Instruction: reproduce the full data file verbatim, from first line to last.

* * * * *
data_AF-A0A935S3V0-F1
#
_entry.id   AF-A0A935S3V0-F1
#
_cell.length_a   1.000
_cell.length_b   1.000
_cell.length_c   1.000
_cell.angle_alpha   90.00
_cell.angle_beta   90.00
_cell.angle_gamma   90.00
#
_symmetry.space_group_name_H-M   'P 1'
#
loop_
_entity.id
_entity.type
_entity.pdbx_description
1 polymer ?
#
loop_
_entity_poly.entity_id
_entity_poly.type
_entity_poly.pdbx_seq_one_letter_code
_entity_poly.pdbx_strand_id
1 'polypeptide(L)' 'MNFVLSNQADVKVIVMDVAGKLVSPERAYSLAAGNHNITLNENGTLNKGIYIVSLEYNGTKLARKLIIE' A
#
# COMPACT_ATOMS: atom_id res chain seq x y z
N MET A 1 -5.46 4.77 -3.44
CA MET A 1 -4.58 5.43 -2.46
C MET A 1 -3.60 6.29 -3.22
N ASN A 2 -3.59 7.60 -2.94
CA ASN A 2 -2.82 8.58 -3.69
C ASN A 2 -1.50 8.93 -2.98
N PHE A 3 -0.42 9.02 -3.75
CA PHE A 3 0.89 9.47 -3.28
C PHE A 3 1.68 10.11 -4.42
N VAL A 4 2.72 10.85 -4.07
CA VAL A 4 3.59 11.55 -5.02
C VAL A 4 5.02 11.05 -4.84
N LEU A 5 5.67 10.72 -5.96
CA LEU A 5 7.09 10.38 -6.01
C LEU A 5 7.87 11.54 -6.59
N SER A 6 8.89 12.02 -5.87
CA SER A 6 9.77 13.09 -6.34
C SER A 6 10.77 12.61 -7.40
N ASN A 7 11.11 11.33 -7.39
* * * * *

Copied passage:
data_AF-A0A935S3V0-F1
#
_entry.id   AF-A0A935S3V0-F1
#
_cell.length_a   1.000
_cell.length_b   1.000
_cell.length_c   1.000
_cell.angle_alpha   90.00
_cell.angle_beta   90.00
_cell.angle_gamma   90.00
#
_symmetry.space_group_name_H-M   'P 1'
#
loop_
_entity.id
_entity.type
_entity.pdbx_description
1 polymer ?
#
loop_
_entity_poly.entity_id
_entity_poly.type
_entity_poly.pdbx_seq_one_letter_code
_entity_poly.pdbx_strand_id
1 'polypeptide(L)' 'MNFVLSNQADVKVIVMDVAGKLVSPERAYSLAAGNHNITLNENGTLNKGIYIVSLEYNGTKLARKLIIE' A
#
# COMPACT_ATOMS: atom_id res chain seq x y z
N MET A 1 -5.46 4.77 -3.44
CA MET A 1 -4.58 5.43 -2.46
C MET A 1 -3.60 6.29 -3.22
N ASN A 2 -3.59 7.60 -2.94
CA ASN A 2 -2.82 8.58 -3.69
C ASN A 2 -1.50 8.93 -2.98
N PHE A 3 -0.42 9.02 -3.75
CA PHE A 3 0.89 9.47 -3.28
C PHE A 3 1.68 10.11 -4.42
N VAL A 4 2.72 10.85 -4.07
CA VAL A 4 3.59 11.55 -5.02
C VAL A 4 5.02 11.05 -4.84
N LEU A 5 5.67 10.72 -5.96
CA LEU A 5 7.09 10.38 -6.01
C LEU A 5 7.87 11.54 -6.59
N SER A 6 8.89 12.02 -5.87
CA SER A 6 9.77 13.09 -6.34
C SER A 6 10.77 12.61 -7.40
N ASN A 7 11.11 11.33 -7.39